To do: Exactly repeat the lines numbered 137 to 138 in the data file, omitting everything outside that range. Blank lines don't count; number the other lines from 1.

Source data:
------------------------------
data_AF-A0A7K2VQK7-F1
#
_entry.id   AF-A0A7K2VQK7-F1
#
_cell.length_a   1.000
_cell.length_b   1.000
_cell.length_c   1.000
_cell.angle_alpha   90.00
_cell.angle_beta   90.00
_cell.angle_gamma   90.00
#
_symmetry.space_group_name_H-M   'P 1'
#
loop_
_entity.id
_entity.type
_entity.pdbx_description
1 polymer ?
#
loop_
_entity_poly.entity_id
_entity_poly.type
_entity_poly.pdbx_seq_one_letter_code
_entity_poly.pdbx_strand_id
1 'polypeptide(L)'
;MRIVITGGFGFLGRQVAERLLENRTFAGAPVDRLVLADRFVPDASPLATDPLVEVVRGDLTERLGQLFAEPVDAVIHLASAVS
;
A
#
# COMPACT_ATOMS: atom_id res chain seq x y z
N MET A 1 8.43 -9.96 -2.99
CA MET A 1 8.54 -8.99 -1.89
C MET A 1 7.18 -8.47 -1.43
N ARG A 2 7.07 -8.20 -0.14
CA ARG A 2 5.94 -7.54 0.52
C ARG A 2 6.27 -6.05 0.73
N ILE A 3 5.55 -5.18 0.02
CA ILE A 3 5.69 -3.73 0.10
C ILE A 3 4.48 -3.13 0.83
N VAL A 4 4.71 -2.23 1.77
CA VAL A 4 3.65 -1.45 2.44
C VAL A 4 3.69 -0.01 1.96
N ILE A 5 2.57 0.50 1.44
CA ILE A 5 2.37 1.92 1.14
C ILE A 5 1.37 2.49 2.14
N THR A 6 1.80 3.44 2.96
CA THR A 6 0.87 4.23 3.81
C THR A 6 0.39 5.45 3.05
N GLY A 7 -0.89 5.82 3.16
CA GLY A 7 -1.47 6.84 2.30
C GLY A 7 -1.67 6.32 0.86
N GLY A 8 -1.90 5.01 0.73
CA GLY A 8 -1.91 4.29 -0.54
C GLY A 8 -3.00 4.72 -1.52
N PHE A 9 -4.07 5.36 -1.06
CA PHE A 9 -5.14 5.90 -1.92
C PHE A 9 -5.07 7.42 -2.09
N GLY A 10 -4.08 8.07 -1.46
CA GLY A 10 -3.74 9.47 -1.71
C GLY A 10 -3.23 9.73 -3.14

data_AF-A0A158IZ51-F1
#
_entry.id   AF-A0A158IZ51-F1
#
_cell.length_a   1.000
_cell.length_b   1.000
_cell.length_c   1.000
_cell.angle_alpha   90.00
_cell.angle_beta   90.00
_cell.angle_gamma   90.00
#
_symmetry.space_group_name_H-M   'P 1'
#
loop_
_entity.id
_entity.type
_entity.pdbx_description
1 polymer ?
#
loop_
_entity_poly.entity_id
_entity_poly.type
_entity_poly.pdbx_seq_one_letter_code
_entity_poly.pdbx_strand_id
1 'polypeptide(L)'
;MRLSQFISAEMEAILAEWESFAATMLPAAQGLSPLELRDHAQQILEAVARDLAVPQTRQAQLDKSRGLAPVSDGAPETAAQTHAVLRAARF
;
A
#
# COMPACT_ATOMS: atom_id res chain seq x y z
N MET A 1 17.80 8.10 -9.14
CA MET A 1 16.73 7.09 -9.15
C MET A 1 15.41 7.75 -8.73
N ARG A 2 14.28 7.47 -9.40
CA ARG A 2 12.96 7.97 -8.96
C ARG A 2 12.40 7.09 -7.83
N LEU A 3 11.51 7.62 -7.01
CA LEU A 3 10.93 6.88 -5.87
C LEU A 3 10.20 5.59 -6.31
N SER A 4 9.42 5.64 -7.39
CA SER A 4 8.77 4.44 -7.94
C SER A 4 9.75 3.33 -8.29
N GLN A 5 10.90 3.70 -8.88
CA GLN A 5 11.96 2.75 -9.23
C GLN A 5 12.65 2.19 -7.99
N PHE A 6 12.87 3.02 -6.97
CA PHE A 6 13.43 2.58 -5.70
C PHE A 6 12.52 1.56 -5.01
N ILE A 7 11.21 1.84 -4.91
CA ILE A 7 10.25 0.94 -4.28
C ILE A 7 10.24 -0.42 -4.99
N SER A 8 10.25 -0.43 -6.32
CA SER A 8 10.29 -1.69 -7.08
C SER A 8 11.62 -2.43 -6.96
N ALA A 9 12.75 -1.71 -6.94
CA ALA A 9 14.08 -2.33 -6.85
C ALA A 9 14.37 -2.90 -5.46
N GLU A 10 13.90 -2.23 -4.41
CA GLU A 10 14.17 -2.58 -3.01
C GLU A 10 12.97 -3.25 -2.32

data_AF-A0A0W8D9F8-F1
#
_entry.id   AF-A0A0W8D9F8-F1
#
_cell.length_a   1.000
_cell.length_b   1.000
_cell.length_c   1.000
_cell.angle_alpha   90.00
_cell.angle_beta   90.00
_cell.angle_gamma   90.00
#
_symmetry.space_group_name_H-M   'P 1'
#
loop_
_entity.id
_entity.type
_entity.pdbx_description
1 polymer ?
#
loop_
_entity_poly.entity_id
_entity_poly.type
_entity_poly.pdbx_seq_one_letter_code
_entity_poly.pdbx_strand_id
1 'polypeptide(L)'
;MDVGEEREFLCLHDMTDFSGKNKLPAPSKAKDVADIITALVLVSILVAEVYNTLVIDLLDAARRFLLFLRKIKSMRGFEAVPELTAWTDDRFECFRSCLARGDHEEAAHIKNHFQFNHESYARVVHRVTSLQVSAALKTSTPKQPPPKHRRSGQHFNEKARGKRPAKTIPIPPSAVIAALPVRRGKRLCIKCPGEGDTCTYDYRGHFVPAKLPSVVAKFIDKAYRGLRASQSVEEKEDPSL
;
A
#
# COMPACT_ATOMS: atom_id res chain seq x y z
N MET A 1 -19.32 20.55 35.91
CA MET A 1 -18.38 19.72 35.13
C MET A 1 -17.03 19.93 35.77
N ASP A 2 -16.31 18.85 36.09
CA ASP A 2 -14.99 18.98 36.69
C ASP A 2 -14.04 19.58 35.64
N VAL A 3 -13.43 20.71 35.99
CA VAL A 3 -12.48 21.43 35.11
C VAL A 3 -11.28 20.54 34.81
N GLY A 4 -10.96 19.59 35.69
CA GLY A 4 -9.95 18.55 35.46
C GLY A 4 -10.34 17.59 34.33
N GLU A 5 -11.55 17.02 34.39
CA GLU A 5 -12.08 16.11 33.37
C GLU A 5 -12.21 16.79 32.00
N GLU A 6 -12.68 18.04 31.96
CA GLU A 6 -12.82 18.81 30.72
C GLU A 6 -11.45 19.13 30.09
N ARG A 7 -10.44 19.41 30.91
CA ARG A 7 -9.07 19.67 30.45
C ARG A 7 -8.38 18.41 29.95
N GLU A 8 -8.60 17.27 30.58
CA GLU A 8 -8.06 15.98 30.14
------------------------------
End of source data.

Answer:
_entity.pdbx_description
1 polymer ?